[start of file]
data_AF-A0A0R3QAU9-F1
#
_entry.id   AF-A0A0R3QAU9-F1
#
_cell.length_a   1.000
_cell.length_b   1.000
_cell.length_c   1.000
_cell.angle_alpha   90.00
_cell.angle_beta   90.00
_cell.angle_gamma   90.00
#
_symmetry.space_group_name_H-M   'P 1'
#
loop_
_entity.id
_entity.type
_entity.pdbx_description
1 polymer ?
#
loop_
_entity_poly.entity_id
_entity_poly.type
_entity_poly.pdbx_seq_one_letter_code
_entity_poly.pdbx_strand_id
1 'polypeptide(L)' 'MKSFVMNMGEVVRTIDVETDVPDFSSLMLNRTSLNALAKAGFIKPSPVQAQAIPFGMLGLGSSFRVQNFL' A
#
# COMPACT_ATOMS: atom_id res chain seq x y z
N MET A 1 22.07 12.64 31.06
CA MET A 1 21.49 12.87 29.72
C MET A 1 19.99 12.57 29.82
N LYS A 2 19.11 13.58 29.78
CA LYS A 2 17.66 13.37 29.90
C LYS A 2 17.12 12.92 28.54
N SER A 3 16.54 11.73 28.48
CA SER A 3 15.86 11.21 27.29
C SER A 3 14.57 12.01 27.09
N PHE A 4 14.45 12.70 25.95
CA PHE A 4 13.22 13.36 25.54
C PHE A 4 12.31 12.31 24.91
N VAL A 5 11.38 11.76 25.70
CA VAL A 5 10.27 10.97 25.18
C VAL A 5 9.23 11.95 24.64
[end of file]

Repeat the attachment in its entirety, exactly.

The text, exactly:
data_AF-A0A0R3QAU9-F1
#
_entry.id   AF-A0A0R3QAU9-F1
#
_cell.length_a   1.000
_cell.length_b   1.000
_cell.length_c   1.000
_cell.angle_alpha   90.00
_cell.angle_beta   90.00
_cell.angle_gamma   90.00
#
_symmetry.space_group_name_H-M   'P 1'
#
loop_
_entity.id
_entity.type
_entity.pdbx_description
1 polymer ?
#
loop_
_entity_poly.entity_id
_entity_poly.type
_entity_poly.pdbx_seq_one_letter_code
_entity_poly.pdbx_strand_id
1 'polypeptide(L)' 'MKSFVMNMGEVVRTIDVETDVPDFSSLMLNRTSLNALAKAGFIKPSPVQAQAIPFGMLGLGSSFRVQNFL' A
#
# COMPACT_ATOMS: atom_id res chain seq x y z
N MET A 1 22.07 12.64 31.06
CA MET A 1 21.49 12.87 29.72
C MET A 1 19.99 12.57 29.82
N LYS A 2 19.11 13.58 29.78
CA LYS A 2 17.66 13.37 29.90
C LYS A 2 17.12 12.92 28.54
N SER A 3 16.54 11.73 28.48
CA SER A 3 15.86 11.21 27.29
C SER A 3 14.57 12.01 27.09
N PHE A 4 14.45 12.70 25.95
CA PHE A 4 13.22 13.36 25.54
C PHE A 4 12.31 12.31 24.91
N VAL A 5 11.38 11.76 25.70
CA VAL A 5 10.27 10.97 25.18
C VAL A 5 9.23 11.95 24.64